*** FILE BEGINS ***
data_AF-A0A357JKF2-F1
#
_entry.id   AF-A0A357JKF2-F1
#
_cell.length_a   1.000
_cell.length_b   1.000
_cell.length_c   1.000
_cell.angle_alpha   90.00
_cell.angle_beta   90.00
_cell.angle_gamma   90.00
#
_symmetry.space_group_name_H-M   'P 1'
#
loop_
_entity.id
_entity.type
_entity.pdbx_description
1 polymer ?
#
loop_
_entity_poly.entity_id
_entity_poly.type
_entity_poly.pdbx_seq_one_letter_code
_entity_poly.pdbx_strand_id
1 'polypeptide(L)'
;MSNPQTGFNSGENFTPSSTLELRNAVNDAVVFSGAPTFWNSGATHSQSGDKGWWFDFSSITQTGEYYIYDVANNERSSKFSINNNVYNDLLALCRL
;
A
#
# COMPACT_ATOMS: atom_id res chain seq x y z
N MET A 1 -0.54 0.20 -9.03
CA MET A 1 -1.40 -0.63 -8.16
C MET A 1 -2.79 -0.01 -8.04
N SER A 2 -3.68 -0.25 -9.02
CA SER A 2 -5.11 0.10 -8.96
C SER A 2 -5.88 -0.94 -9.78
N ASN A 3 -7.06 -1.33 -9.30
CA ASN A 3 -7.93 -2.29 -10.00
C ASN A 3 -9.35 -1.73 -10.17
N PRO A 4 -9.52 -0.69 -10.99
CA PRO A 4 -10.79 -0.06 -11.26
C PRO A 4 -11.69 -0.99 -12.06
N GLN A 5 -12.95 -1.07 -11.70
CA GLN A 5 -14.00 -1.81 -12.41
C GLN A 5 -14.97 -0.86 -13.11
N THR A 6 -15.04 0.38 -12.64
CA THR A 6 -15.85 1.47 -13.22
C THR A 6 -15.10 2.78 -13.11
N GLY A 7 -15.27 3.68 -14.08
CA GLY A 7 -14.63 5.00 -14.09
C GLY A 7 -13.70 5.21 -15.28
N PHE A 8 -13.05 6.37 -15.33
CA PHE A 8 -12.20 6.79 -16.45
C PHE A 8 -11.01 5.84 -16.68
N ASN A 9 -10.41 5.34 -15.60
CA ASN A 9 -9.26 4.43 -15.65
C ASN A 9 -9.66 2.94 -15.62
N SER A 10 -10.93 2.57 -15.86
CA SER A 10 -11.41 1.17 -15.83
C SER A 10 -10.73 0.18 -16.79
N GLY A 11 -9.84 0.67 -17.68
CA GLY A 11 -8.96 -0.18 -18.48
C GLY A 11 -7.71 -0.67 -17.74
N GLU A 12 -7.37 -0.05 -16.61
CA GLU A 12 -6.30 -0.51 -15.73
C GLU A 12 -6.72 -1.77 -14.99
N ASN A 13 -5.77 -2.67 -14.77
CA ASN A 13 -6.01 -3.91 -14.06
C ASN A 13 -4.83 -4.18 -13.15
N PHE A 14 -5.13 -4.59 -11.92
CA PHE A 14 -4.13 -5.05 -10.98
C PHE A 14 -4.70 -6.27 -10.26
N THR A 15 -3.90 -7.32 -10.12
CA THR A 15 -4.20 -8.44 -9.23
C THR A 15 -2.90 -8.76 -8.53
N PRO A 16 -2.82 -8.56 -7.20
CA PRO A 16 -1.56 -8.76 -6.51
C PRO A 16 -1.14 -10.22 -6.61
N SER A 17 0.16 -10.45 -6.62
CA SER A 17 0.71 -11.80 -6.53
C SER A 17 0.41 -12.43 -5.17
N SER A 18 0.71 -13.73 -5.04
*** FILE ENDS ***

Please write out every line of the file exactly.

data_AF-A0A357JKF2-F1
#
_entry.id   AF-A0A357JKF2-F1
#
_cell.length_a   1.000
_cell.length_b   1.000
_cell.length_c   1.000
_cell.angle_alpha   90.00
_cell.angle_beta   90.00
_cell.angle_gamma   90.00
#
_symmetry.space_group_name_H-M   'P 1'
#
loop_
_entity.id
_entity.type
_entity.pdbx_description
1 polymer ?
#
loop_
_entity_poly.entity_id
_entity_poly.type
_entity_poly.pdbx_seq_one_letter_code
_entity_poly.pdbx_strand_id
1 'polypeptide(L)'
;MSNPQTGFNSGENFTPSSTLELRNAVNDAVVFSGAPTFWNSGATHSQSGDKGWWFDFSSITQTGEYYIYDVANNERSSKFSINNNVYNDLLALCRL
;
A
#
# COMPACT_ATOMS: atom_id res chain seq x y z
N MET A 1 -0.54 0.20 -9.03
CA MET A 1 -1.40 -0.63 -8.16
C MET A 1 -2.79 -0.01 -8.04
N SER A 2 -3.68 -0.25 -9.02
CA SER A 2 -5.11 0.10 -8.96
C SER A 2 -5.88 -0.94 -9.78
N ASN A 3 -7.06 -1.33 -9.30
CA ASN A 3 -7.93 -2.29 -10.00
C ASN A 3 -9.35 -1.73 -10.17
N PRO A 4 -9.52 -0.69 -10.99
CA PRO A 4 -10.79 -0.06 -11.26
C PRO A 4 -11.69 -0.99 -12.06
N GLN A 5 -12.95 -1.07 -11.70
CA GLN A 5 -14.00 -1.81 -12.41
C GLN A 5 -14.97 -0.86 -13.11
N THR A 6 -15.04 0.38 -12.64
CA THR A 6 -15.85 1.47 -13.22
C THR A 6 -15.10 2.78 -13.11
N GLY A 7 -15.27 3.68 -14.08
CA GLY A 7 -14.63 5.00 -14.09
C GLY A 7 -13.70 5.21 -15.28
N PHE A 8 -13.05 6.37 -15.33
CA PHE A 8 -12.20 6.79 -16.45
C PHE A 8 -11.01 5.84 -16.68
N ASN A 9 -10.41 5.34 -15.60
CA ASN A 9 -9.26 4.43 -15.65
C ASN A 9 -9.66 2.94 -15.62
N SER A 10 -10.93 2.57 -15.86
CA SER A 10 -11.41 1.17 -15.83
C SER A 10 -10.73 0.18 -16.79
N GLY A 11 -9.84 0.67 -17.68
CA GLY A 11 -8.96 -0.18 -18.48
C GLY A 11 -7.71 -0.67 -17.74
N GLU A 12 -7.37 -0.05 -16.61
CA GLU A 12 -6.30 -0.51 -15.73
C GLU A 12 -6.72 -1.77 -14.99
N ASN A 13 -5.77 -2.67 -14.77
CA ASN A 13 -6.01 -3.91 -14.06
C ASN A 13 -4.83 -4.18 -13.15
N PHE A 14 -5.13 -4.59 -11.92
CA PHE A 14 -4.13 -5.05 -10.98
C PHE A 14 -4.70 -6.27 -10.26
N THR A 15 -3.90 -7.32 -10.12
CA THR A 15 -4.20 -8.44 -9.23
C THR A 15 -2.90 -8.76 -8.53
N PRO A 16 -2.82 -8.56 -7.20
CA PRO A 16 -1.56 -8.76 -6.51
C PRO A 16 -1.14 -10.22 -6.61
N SER A 17 0.16 -10.45 -6.62
CA SER A 17 0.71 -11.80 -6.53
C SER A 17 0.41 -12.43 -5.17
N SER A 18 0.71 -13.73 -5.04